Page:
RULE # 2: Nursing Home placement is sometimes the only option for a patient – be it for short-term rehabilitation or for long-term care. I do not believe that all nursing homes are bad. I do believe that a patient’s FAMILY has an obligation to find the best Nursing Home they can and to CONTINUE TO LOVE THEIR LOVED ONE. In short, visit the Nursing Home often. Be actively involved in the patient’s care. Attend family meetings at the Nursing Home – all of them. Bring any changes in behavior to the attention of the staff. (No one knows mom as well as her family does.) Always be vigilant. If mom’s behavior changes, don’t be afraid to ask if she is on a new medication. Could she have a bladder infection? When she fell the other day, could she have bumped her head?
RULE # 3: Medications can be life-saving, life-altering, and life-enhancing. They can also be a great nuisance and wreak havoc. The art of prescribing medication is not readily taught. Busy medical practitioners often prescribe a pill when they should probably just sit quietly and listen instead. Managing medications in the elderly is particularly problematic, as aging can alter the distribution, metabolism, and elimination of medication – making toxicities and side effects more probable. Patients, their doctors, and their families should constantly be evaluating the necessity of each prescription taken.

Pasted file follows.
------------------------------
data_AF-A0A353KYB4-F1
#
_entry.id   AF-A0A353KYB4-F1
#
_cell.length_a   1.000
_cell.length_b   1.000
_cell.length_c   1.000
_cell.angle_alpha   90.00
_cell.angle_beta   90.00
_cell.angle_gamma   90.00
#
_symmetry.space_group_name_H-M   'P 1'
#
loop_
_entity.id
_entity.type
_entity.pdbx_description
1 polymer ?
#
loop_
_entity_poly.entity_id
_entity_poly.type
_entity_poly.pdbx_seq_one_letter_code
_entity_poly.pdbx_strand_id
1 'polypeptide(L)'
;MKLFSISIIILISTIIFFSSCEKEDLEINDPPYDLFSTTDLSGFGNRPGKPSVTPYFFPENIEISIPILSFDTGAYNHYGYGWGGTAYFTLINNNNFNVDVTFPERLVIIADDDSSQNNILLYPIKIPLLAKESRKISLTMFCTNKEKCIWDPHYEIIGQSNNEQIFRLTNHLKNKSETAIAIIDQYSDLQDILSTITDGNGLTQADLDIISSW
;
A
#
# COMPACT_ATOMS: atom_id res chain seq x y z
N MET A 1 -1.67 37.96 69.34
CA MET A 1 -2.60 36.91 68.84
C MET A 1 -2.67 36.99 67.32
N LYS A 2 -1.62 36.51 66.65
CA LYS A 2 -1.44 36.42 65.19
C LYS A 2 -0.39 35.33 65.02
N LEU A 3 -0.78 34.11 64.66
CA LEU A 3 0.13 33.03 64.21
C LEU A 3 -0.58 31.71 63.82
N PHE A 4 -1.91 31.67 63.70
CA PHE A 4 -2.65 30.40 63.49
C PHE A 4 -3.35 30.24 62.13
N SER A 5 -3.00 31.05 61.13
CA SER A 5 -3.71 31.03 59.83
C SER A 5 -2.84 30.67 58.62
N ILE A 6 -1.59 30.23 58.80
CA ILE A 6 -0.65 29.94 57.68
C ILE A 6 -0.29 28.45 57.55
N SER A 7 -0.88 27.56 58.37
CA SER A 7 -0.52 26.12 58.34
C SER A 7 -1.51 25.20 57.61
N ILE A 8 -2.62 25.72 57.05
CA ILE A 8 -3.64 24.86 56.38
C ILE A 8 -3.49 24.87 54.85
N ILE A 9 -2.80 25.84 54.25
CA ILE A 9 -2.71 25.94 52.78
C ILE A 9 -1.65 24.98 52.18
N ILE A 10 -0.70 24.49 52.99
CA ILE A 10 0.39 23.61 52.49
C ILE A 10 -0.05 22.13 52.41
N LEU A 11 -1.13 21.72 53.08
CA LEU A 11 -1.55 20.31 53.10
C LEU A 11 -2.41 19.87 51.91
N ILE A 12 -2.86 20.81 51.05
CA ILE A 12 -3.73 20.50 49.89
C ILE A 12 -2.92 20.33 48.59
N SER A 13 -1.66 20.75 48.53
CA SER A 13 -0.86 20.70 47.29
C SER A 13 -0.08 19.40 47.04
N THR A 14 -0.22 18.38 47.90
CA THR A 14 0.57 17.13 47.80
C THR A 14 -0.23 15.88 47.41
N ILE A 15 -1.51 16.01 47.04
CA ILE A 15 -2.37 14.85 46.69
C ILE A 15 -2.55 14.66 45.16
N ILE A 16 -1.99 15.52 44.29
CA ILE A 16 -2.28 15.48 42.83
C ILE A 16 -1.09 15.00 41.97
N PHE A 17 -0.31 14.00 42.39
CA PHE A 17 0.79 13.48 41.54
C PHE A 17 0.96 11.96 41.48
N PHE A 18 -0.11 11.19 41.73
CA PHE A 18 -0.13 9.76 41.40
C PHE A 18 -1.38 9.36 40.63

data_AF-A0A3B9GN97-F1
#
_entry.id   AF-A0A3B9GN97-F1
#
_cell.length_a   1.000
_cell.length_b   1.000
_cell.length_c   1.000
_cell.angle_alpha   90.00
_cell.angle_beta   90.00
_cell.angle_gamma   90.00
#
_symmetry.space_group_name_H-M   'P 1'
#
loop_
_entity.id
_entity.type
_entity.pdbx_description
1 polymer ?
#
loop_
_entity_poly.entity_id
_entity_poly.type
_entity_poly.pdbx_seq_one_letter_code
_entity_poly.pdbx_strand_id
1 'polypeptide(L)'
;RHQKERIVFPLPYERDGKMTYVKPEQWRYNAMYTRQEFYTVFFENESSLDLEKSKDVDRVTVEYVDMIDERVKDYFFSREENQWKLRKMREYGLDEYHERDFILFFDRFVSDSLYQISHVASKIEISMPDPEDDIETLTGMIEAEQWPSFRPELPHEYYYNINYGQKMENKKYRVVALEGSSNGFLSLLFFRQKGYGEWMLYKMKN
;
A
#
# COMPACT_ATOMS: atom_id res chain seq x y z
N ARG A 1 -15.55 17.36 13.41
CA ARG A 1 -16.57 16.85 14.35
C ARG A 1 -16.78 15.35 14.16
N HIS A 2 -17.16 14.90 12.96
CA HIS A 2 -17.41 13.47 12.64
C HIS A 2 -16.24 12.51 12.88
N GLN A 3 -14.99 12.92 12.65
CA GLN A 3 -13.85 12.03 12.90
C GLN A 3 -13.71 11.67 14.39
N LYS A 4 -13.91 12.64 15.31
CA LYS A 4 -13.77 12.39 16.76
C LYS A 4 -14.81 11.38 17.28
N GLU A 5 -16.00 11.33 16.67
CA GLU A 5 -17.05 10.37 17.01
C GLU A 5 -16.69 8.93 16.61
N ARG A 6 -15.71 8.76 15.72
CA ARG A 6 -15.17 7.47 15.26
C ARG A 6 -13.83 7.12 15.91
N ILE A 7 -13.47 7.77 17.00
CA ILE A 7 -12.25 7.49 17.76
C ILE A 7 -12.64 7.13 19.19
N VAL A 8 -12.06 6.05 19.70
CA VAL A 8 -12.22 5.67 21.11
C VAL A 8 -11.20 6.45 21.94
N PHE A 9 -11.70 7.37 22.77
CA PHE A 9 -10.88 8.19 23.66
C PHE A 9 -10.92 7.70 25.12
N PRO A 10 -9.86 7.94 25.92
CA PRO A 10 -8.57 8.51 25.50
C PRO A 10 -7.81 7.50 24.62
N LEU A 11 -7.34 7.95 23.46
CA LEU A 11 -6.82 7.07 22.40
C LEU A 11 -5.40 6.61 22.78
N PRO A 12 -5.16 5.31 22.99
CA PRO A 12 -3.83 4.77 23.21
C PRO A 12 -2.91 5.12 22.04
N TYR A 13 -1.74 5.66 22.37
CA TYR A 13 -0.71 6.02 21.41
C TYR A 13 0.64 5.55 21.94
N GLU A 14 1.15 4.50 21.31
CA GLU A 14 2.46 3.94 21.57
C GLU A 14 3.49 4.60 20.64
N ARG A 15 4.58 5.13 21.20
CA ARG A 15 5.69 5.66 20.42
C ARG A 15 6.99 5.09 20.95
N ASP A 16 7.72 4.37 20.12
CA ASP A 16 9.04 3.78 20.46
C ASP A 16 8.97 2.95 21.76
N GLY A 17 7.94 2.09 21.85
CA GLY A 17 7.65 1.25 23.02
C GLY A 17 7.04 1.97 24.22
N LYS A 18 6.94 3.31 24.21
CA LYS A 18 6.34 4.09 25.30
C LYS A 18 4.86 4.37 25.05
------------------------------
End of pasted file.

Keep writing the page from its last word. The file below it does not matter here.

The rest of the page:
RULE # 4: Your desires in life, especially for your later years, should be known. Putting your thoughts in an appropriate document can prevent great pain and sorrow later in life. I recently spoke with a life-loving woman I know. Her living will states “if I can’t drink a glass of Chardonnay, eat popcorn or ice cream, or carry on a meaningful conversation with people I love, don’t keep me alive”. Although this may sound flippant, it actually says a lot. If she has dementia and no longer recognizes family or is confined to a Nursing Home, she does not want her life to be prolonged. This kind of knowledge is hugely helpful. One question families should ask, especially if their loved one is battling dementia, is “what medications are necessary”. Does the high cholesterol really need to be treated at this point? Does the blood pressure really need three pills? When the goal becomes COMFORT and not prolongation of life, less is frequently more.